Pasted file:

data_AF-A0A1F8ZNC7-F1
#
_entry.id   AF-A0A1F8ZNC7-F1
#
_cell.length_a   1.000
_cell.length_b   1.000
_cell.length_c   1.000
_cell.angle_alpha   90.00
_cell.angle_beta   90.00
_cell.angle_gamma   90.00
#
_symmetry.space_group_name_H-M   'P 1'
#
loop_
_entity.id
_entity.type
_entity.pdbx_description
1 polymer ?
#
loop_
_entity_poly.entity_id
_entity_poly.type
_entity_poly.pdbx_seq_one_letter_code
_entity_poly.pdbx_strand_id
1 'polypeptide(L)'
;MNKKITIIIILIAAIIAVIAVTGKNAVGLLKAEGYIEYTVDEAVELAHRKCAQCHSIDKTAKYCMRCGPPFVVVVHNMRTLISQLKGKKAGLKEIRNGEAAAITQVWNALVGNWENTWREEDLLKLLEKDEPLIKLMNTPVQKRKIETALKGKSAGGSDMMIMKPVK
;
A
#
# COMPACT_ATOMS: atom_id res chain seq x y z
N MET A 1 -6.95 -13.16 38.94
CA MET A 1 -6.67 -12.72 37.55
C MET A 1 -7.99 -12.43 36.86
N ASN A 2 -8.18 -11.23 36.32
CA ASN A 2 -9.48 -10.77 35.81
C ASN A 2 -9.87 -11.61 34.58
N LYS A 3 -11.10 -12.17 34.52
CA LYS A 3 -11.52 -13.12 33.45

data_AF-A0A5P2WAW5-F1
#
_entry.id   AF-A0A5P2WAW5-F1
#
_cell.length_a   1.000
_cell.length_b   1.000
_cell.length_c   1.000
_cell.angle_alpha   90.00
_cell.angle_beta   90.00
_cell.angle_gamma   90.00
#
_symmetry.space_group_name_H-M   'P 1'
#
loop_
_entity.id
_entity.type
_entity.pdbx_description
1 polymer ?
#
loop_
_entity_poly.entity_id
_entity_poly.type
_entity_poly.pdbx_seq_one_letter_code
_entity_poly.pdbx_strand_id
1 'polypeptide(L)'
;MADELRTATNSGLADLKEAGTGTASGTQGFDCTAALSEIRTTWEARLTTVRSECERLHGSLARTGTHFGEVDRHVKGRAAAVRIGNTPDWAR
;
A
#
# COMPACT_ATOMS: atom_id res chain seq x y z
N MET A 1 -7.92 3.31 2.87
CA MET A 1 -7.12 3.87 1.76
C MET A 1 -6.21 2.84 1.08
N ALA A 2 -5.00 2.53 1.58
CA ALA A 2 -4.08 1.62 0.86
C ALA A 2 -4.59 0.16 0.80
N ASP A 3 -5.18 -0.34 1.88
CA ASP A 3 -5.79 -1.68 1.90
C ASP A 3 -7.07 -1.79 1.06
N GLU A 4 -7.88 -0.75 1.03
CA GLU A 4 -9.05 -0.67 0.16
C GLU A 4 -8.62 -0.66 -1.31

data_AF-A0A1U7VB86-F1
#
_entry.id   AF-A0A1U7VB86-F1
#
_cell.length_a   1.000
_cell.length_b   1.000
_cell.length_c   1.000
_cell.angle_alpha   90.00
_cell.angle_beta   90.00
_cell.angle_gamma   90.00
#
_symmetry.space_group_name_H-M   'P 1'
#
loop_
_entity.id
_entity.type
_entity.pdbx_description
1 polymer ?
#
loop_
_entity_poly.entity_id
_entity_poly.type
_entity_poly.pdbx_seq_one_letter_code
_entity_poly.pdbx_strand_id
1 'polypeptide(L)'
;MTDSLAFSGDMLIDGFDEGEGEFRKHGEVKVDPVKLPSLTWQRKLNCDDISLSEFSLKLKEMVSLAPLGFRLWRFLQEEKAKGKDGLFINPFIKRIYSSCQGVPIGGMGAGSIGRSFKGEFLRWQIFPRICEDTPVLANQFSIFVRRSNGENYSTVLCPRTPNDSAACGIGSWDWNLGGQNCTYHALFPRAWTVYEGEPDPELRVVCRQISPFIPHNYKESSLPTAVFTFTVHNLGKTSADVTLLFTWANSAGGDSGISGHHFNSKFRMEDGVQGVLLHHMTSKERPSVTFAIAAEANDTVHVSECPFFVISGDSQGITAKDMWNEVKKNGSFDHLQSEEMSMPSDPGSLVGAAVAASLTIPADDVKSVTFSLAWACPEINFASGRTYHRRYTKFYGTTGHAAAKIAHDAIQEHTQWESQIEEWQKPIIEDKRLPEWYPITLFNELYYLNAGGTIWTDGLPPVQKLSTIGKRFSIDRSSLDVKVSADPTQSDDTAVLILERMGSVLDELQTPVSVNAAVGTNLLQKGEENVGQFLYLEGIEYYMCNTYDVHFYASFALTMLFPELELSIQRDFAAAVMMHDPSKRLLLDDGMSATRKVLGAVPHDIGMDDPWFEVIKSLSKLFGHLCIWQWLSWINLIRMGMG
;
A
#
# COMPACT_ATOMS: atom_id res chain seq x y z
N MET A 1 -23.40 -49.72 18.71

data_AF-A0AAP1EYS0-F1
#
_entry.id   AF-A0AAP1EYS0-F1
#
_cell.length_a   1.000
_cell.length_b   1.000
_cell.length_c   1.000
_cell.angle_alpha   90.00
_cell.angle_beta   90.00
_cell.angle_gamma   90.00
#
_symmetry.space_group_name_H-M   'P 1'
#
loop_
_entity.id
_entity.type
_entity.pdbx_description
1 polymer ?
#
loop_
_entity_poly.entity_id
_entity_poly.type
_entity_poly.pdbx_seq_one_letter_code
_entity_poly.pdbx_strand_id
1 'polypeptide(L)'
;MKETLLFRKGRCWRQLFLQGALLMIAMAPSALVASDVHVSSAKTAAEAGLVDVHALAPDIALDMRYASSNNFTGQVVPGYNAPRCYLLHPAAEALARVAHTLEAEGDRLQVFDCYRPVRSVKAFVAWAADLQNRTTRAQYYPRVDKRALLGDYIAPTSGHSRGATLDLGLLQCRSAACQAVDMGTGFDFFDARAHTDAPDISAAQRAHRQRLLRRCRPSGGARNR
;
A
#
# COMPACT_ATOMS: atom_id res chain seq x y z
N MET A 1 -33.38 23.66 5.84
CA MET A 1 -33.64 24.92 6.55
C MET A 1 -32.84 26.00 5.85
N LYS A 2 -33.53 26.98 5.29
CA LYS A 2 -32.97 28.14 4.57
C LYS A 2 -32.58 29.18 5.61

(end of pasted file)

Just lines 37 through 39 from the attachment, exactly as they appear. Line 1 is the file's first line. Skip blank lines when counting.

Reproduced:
N LYS A 3 -11.10 -12.17 34.52
CA LYS A 3 -11.52 -13.12 33.45

data_AF-A0A5P2WAW5-F1